Magic’s Origin

It’s relatively well known that Magic: The Gathering has roots at Whitman College. The creator, Richard Garfield, was a visiting professor of mathematics at Whitman in the early ’90s. Garfield began designing the card game as a grad student at the University of Pennsylvania in the early 1980s. He earned a Ph.D in combinational mathematics with a dissertation entitled “On the Residue Classes of Combinatorial Families of Numbers” and came to Whitman after he graduated in 1993. Rumor has it that he was not that great of a professor, but perhaps that’s because his heart lay in game design.

While he spent years perfecting the design of Magic and testing it on his peers and students, it came to fruition while he was at Whitman. The card game was launched in 1993. Garfield left his academic career to join Wizards of the Coast in 1994 and began a new career as a game designer. It could be said that Garfield singlehandedly invented the concept of a trading card game with the introduction of Magic. His game was out before Pokémon, before Yu-Gi-Oh! and established a standard of innovation that has yet to be matched.

Garfield even proposed to his wife, Lily, in the midst of a game—he commissioned a special card entitled “Proposal,” which read “Allows Richard to propose to Lily.” The card, however, came at a high mana price, so Garfield had a great deal of difficulty playing the card. Any other man may have simply fudged the rules in order to get straight to the actual proposal, but Garfield spent four games trying to play the card legally. He eventually did and scored a wife in the process.

Magic at Whitman

Besides the fact that Whitman is the location of Magic’s origin, it’s not surprising that insightful Whitman students are very interested in a card game that challenges their minds.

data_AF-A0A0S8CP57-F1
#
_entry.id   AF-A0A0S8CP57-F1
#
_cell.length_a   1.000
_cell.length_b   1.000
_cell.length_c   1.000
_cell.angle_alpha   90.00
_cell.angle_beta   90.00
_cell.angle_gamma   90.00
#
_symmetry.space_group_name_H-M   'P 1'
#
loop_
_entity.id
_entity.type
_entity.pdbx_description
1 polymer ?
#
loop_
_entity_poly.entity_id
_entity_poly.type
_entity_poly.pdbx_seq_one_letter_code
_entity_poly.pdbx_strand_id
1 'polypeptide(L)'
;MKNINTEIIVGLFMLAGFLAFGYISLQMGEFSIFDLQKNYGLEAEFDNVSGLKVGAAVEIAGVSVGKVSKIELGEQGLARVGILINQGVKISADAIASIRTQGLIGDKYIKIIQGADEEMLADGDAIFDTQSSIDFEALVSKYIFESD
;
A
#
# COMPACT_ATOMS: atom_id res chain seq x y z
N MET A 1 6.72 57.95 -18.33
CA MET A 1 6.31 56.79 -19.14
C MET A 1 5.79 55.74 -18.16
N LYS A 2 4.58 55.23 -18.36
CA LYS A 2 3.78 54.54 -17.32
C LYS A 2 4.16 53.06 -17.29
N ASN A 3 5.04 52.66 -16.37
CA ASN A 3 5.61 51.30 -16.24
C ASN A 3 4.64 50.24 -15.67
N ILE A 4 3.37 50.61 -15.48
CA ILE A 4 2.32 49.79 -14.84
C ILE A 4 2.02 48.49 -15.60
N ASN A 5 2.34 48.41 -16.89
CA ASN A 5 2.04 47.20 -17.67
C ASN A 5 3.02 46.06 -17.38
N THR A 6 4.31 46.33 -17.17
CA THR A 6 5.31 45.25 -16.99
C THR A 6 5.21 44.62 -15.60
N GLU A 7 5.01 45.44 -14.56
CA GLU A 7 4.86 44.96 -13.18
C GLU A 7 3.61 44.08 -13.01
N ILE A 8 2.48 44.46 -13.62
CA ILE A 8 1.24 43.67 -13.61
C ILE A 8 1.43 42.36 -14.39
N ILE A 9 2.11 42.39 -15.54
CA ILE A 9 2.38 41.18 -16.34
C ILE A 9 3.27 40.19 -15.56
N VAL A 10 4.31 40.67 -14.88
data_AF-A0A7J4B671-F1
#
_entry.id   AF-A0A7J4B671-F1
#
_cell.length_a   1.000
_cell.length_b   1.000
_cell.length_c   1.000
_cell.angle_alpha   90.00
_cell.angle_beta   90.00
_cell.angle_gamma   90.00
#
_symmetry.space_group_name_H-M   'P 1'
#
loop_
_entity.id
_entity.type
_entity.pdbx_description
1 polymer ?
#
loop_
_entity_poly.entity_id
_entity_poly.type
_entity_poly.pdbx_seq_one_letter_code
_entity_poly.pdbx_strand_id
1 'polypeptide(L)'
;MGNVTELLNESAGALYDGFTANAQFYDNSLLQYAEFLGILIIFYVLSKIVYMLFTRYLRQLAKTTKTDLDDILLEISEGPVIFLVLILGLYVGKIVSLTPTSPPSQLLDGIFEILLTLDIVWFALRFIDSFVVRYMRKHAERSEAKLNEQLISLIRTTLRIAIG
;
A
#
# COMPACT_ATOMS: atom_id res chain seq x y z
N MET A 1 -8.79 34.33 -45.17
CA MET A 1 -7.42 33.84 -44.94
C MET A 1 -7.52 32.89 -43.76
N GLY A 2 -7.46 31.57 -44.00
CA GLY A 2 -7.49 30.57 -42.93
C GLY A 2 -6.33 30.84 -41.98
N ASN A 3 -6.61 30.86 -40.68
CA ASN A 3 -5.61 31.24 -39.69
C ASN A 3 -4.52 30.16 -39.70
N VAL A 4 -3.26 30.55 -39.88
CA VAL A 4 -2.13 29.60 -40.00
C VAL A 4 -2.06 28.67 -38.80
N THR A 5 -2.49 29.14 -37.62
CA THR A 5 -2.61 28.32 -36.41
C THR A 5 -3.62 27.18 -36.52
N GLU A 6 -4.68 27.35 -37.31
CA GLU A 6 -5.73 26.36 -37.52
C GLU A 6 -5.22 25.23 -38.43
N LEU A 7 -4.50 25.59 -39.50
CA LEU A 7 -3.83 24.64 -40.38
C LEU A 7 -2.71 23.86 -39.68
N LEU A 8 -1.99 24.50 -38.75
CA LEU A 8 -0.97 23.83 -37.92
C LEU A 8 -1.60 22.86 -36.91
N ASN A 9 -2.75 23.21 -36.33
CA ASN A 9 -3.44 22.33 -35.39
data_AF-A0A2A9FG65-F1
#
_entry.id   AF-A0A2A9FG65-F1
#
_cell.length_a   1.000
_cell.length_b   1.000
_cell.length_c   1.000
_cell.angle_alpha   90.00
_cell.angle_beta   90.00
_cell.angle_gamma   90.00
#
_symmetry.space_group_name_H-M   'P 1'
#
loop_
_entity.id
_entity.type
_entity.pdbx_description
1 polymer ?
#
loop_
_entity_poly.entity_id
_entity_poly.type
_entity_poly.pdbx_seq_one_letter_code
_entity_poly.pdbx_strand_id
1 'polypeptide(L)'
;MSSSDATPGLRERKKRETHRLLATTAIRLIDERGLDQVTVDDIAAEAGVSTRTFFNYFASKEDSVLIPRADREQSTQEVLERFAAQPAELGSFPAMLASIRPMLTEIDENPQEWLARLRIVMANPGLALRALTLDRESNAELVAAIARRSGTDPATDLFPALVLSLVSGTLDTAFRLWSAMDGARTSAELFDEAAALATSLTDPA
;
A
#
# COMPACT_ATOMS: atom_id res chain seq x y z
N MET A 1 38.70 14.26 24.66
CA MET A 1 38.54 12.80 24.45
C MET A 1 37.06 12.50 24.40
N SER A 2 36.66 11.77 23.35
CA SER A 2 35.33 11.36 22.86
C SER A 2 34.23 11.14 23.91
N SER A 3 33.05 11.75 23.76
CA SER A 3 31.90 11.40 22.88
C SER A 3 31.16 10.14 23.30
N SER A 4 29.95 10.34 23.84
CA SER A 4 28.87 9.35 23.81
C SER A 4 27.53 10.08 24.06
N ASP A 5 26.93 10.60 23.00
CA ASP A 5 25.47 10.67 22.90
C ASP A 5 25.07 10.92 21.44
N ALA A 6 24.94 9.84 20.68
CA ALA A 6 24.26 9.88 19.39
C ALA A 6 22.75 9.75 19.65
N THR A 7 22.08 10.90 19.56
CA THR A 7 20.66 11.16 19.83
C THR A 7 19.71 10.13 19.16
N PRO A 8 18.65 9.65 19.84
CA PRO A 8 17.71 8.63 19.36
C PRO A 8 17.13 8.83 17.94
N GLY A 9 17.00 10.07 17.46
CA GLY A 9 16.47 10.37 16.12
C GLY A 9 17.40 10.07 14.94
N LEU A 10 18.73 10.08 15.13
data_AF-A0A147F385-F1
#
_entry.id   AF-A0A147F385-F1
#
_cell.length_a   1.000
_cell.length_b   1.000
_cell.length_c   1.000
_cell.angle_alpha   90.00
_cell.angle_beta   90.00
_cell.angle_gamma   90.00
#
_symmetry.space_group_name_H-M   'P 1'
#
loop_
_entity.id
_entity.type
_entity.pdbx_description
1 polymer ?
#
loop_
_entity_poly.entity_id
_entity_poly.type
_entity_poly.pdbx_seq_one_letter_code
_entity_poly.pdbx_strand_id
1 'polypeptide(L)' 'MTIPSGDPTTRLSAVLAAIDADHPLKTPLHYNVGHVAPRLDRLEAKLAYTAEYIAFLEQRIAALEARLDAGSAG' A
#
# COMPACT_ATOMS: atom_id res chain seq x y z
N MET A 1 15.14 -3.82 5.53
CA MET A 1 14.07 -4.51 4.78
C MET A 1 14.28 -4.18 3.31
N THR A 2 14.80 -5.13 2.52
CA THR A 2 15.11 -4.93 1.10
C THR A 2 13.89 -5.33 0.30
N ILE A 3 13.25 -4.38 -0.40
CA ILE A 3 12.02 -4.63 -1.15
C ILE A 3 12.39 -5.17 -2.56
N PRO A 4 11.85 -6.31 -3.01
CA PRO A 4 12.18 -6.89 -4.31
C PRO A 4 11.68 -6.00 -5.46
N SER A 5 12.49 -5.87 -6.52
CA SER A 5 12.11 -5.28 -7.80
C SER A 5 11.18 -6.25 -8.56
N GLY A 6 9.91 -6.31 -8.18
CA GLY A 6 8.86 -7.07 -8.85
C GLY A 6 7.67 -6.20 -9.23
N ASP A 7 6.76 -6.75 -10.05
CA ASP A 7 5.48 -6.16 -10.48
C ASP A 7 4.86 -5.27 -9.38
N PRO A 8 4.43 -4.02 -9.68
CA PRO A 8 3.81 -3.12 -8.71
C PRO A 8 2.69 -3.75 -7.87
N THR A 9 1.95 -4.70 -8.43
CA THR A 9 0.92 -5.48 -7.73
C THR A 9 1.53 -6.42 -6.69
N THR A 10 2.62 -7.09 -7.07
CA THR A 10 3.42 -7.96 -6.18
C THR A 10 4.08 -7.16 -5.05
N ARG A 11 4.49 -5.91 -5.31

Players often cite Magic’s intellectual challenges as one of its best qualities.

“I have always liked playing board and card games, and Magic seemed like the ultimate strategic challenge,” said Chang.

Senior Kevin Dyer also enjoys the challenge.

“I sometimes go to a tourney with the purpose of doing the best I can. I’ve also had times when I’ve gone out of my way to play bad decks, just for the fun/challenge of playing something off the beaten path,” he said in an email interview.

Sophomore Ethan Scardina discussed the three colloquial Magic archetypes that are well known within the Magic community: Timmies, Johnnies and Spikes.

“Timmies don’t think about cool mechanics. They pick their favorite cards and play them. ‘I’m gonna throw this card into my deck because it’s cool.’ Johnnies—I’m a Johnny—like to look at cards and find cool interactions and mechanics and make cool decks out of them. Find a subtle synergy between cards and play off of that. Spikes play to win and take the game super seriously. They build the best deck they can with what’s out right now,” Scardina said.

There does seem to be a distinction between casual and serious players at Whitman, but that doesn’t mean that the two groups are exclusive. Some players consider themselves mixes of two of these player archetypes. You can be competitive but still have fun; that is, you can be a bit of a Timmy but also a bit of a Spike.

Chang said that “the Whitman Magic community consists of a few really serious competitive players (my friends and me) and a lot of very casual noncompetitive players … The community as a whole is very friendly and welcoming of everyone who wishes to attend and be a part of the community.”

Dyer, who admitted he can get competitive, said: “I play Magic for a lot of reasons, number one being fun, as well as the friends that I’ve made through the game. Some of the best friends I’ve met and made at Whitman have been through this game.”

“Two friends and I drove to Portland for a midnight tournament which finished about six in the morning. [We] went and slept for a few hours, and then went and played in another tournament later that day, which lasted until about nine at night,” he continued. “It was a ridiculous experience, but absolutely worth it.”

Players may be competitive at Whitman or they may not be, but in the end what matters to them is the camaraderie and the friendship that results from being a part of such a close-knit community.

Whether players consider themselves Spikes or Timmies or Johnnies or a combination of all three, there seems to be a uniting factor on all fronts: They all play to enjoy themselves, to engage in a cohesive community and to engross themselves in what Chang called “a constantly evolving puzzle,” a game of endless possibilities and strategic redefinitions.

What Magic comes down to, as its name implies, really is a gathering—perhaps not of mystical creatures and multiverses and countless enchantments, but of people who just like to get together, have a good time and talk about something they love to do with people who love it as much as they do.